Spotlight: management of wide-ranging species

In issue 56:8 we showcase the research, technology and mitigation efforts going into the management of wide-ranging species today. Join Associate Editor, Johan du Toit in exploring this selection of work, free to read in the journal for a limited time. The ability to range widely across our planet conveys a game-changing advantage to certain animals, as was realised by humans when they discovered that … Continue reading Spotlight: management of wide-ranging species

Carnivores without borders: management of transboundary populations when objectives differ

Using the recent case study of wolverines in Scandinavia as an example, Associate Editor, Kulbhushansingh Suryawanshi highlights why management initiatives for transboundary populations need to collaborate across borders – and what happens when they don’t. Globally, carnivore conservation has two very different objectives. First, to protect the population of the carnivore species from going extinct. Second, to mitigate the impact of the carnivore on the … Continue reading Carnivores without borders: management of transboundary populations when objectives differ

Dynamic technology for dynamic ecosystems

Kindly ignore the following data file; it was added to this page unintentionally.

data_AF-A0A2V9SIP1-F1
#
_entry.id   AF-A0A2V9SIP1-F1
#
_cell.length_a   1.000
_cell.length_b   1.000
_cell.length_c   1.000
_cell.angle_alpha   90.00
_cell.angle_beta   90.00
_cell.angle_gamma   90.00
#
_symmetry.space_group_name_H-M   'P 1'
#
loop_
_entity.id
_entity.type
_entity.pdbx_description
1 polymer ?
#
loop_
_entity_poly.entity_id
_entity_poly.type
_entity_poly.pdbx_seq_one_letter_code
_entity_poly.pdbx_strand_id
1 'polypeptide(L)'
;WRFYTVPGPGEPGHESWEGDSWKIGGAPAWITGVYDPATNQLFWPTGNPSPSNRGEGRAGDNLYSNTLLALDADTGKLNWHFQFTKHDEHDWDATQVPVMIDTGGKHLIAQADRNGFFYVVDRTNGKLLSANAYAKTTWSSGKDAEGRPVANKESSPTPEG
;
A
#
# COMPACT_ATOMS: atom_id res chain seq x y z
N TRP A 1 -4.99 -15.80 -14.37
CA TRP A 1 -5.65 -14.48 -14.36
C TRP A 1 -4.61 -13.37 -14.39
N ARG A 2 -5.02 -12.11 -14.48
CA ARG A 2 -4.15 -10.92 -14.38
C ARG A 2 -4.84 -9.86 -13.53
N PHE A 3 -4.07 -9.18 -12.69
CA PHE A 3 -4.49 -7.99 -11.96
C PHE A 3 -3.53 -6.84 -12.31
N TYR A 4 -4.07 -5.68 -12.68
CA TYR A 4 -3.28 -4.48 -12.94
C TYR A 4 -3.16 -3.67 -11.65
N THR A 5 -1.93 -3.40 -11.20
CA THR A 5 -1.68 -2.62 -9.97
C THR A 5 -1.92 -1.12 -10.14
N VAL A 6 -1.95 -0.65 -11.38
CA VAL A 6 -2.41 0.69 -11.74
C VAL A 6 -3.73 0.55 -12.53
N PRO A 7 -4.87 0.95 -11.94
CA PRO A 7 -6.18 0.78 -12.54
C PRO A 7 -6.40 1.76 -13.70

When it comes to developing management tools, how do we keep up with constantly changing ecosystems? Associate Editor, Annabel Smith explains the important step forward made by Welch et al’s research into dynamic management tools. Scientists have been very good at developing guidelines for management of natural systems. Streams of conceptual frameworks are published every year, to the point that we now have frameworks for … Continue reading Dynamic technology for dynamic ecosystems

Editor’s Choice 55:5 – Value of information: when to learn and when to manage in conservation

The Editor’s Choice for issue 55:5 is written by Associate Editor, Hedley Grantham. The selected article is When to monitor and when to act: Value of information theory for multiple management units and limited budgets by Bennett et al. Investment in data can improve our understanding of which management actions provide the greatest cost benefits, where and when. But many management decisions are not based … Continue reading Editor’s Choice 55:5 – Value of information: when to learn and when to manage in conservation

Editor’s Choice 55:4 – Applying ecology to inform plant disease management policy and avoid regulator-grower conflict

The Editor’s Choice for issue 55:4 is written by Senior Editor, Phil Stephens. The selected article is Grower and regulator conflict in management of the citrus disease Huanglongbing in Brazil: A modelling study by Craig et al. Plant disease is already recognised as a major driver of crop yield losses. With a huge proportion of the growing human population’s food intake dependent on a relatively … Continue reading Editor’s Choice 55:4 – Applying ecology to inform plant disease management policy and avoid regulator-grower conflict